A good week to be Greek
It’s been a pretty good week for the Balkans: the Greek national team has gotten through to the World Cup round of 16 in an historic and totally unexpected victory; and in my corner of South East London, Peckham Bazaar has just announced its imminent re-opening.
P to the Bizzle
Peckham Bazaar is easily one of my favourite restaurants. It manages to strike so many chords for me: rustic, eastern Mediterranean flavours, but refined and elevated beyond what I’m able to produce at home or what you get at even some of the best seaside tavernas in Greece. Chef John Gionleka’s taramasalata is creamy and delicate, artfully laureled with bitter herbs and sprinkled with dukkah. Sitting on their sun-trapped terrace eating Gionleka’s dishes is electrifying- food here is not ‘just as good as’ the home country, it is both totally different and totally familiar, a product of more than one place of origin, like Gionleka himself (he’s originally Albanian, but speaks fluent Greek and I think a handful of other languages too).
I always leave P Baz on a high, not just because I’ve sampled large amounts of their excellent Balkan wine list but also full of ideas of things I want to try to re-create. But for a long time their fava puree has stumped me. How do they get it so smooth, so smoky flavoured? I tried soaking the split peas overnight before cooking, blending the cooked pulses, even pushing the cooked lentils through a seive, but although it always ended up as nice enough fava, nothing near what PB produce. When I finally discovered the secret in Maria Elia’s cookbook Smashing Plates, it was so much more obvious than all that: the trick, as with so much Greek cooking, is a bucketload of olive oil.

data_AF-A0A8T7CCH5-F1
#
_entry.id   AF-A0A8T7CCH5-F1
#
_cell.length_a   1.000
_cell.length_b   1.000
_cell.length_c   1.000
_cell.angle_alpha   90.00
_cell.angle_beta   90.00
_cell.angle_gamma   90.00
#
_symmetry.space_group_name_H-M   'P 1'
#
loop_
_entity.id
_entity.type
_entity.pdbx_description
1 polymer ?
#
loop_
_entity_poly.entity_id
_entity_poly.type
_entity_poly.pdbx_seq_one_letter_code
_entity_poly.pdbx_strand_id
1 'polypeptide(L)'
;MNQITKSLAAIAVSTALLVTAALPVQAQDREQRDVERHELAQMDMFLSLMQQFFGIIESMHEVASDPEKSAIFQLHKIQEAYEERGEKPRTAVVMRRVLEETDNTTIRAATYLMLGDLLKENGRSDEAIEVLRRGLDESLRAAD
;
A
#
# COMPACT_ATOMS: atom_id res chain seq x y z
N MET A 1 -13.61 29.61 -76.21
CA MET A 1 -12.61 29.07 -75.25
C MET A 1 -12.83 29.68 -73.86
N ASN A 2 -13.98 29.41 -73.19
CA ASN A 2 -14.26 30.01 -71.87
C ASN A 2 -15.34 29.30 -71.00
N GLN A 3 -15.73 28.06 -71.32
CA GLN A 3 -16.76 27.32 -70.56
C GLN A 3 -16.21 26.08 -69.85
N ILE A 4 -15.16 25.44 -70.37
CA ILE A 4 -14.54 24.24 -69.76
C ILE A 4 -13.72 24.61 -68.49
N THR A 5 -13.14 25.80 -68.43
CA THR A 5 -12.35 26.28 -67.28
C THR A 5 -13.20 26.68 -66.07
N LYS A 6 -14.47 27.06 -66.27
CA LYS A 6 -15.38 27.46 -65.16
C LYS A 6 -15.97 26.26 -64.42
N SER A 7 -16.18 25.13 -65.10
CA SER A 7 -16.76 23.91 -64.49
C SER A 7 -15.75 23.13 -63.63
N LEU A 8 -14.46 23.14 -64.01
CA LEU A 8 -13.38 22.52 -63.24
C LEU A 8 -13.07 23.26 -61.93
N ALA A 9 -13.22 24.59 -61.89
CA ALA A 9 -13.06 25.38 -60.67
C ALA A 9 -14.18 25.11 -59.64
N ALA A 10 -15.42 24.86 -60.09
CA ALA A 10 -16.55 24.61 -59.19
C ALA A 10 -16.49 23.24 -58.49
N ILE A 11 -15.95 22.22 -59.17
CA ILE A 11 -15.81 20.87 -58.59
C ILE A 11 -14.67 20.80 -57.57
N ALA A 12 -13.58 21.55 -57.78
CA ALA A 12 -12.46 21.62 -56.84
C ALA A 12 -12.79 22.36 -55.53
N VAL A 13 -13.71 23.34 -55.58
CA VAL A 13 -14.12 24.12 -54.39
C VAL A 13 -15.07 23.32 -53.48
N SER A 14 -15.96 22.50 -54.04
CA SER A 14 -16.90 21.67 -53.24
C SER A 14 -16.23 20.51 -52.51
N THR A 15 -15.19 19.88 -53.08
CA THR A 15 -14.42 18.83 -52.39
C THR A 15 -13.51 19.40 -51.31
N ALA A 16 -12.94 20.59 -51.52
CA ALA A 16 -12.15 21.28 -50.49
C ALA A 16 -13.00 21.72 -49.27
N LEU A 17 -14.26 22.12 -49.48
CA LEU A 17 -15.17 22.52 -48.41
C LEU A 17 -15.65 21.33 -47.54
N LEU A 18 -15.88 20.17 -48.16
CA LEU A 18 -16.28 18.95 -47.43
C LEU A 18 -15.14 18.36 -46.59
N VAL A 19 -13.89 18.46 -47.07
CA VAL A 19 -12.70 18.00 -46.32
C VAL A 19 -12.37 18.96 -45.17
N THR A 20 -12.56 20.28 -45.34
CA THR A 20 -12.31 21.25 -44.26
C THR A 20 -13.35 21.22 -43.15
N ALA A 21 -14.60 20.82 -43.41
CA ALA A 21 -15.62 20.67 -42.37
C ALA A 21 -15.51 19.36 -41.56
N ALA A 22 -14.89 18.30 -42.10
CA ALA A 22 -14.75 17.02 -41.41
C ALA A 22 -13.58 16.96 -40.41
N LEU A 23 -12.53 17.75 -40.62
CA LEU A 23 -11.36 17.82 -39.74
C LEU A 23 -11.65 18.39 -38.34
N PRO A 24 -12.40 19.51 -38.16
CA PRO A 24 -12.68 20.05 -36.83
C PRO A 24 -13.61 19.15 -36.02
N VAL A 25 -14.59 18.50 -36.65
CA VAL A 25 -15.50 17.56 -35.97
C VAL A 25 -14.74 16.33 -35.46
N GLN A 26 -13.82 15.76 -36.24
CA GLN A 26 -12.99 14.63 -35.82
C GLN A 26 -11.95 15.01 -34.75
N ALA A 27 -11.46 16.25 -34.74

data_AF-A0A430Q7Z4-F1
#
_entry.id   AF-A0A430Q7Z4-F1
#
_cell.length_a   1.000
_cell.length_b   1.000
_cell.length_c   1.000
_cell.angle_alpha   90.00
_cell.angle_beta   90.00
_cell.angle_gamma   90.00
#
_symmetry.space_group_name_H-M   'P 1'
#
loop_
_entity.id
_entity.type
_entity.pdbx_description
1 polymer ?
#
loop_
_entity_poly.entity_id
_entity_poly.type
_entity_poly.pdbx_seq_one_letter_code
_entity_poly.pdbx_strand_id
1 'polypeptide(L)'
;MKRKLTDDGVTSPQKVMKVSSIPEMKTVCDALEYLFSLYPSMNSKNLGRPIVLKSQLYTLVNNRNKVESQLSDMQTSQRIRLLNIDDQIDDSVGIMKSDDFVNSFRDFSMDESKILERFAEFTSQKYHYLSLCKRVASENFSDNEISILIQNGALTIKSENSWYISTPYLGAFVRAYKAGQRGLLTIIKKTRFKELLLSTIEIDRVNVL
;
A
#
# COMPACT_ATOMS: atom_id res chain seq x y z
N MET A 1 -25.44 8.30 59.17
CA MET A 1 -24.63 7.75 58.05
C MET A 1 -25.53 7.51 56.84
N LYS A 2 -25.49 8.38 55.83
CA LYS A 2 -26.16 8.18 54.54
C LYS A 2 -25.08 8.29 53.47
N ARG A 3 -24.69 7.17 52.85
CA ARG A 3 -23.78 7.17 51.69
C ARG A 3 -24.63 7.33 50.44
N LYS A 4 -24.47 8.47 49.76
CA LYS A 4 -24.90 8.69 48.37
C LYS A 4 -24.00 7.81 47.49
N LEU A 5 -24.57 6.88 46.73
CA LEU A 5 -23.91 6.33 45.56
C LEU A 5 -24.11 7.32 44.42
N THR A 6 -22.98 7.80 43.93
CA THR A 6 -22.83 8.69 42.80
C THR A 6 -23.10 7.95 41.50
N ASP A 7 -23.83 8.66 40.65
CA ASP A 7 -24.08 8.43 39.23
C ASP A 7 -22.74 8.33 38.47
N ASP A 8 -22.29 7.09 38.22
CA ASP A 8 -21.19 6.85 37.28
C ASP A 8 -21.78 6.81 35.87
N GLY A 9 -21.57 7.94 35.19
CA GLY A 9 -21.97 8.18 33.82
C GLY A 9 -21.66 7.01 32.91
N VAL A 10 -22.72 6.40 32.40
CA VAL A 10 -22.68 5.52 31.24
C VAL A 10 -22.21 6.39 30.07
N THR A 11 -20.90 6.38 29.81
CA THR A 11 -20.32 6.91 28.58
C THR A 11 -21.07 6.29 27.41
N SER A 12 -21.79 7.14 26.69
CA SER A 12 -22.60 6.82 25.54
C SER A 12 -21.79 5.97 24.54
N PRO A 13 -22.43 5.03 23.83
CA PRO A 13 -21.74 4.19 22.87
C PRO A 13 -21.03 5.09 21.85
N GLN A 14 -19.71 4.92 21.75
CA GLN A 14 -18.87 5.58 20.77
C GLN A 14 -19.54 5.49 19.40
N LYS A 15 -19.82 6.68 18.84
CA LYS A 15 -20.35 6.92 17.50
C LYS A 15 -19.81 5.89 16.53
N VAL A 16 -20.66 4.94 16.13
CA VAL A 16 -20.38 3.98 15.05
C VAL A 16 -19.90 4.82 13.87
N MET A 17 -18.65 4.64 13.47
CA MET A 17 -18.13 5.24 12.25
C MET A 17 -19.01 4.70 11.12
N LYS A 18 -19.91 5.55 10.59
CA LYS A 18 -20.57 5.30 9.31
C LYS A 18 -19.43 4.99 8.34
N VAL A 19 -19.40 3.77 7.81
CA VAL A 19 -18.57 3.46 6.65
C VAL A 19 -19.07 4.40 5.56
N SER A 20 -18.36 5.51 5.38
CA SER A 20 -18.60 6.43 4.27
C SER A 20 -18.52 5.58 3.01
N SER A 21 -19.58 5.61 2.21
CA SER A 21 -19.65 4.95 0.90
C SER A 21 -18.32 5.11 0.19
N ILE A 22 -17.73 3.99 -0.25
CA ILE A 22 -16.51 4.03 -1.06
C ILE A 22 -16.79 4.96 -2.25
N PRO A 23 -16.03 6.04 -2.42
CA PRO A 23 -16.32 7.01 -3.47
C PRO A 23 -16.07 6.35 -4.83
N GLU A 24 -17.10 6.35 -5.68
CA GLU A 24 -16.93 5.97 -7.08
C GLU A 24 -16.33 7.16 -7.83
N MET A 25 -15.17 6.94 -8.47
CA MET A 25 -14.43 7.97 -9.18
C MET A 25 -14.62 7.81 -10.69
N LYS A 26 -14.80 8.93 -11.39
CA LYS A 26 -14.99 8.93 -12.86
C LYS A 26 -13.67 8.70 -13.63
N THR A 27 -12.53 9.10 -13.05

My housemate at university used to joke that fava was ‘poor man’s hummus’; I think he’ll agree that this quantity of olive oil refutes that claim.
Fava puree with putanesca garnish (adapted from Maria Elia)
- Put the lentils in fine-holed colander and rinse thoroughly under cold water to get rid of some of the starches.
- Put the washed fava in a medium sized saucepan along with the onion, garlic, bay and thyme. Cover with plenty of water and bring to a boil, then turn down the heat to a simmer, stirring frequently and skimming the white scum off the surface.
- When the fava is soft (you should be able to squeeze a lentil with your fingers and have no resistance), drain it, reserving some of the cooking liquid.
- Discard the onion, bay and thyme and whizz the lentils with the olive oil until smooth, then add the lemon juice, and salt and pepper to taste. If it’s a bit thick, add some of the reserved cooking liquid, otherwise you can discard that.
- Traditional garnish is thinly sliced red onion, more olive oil and lemon juice and a bit of oregano. Sharp flavours contrast well with the creamy texture though. This time I made a sort of ‘putanesca’ garnish, mixing olive oil, some finely chopped anchovies, turkish chilli flakes and capers, and leaving it all to infuse before drizzling the mixture on top of the fava along with some thinly sliced red onion.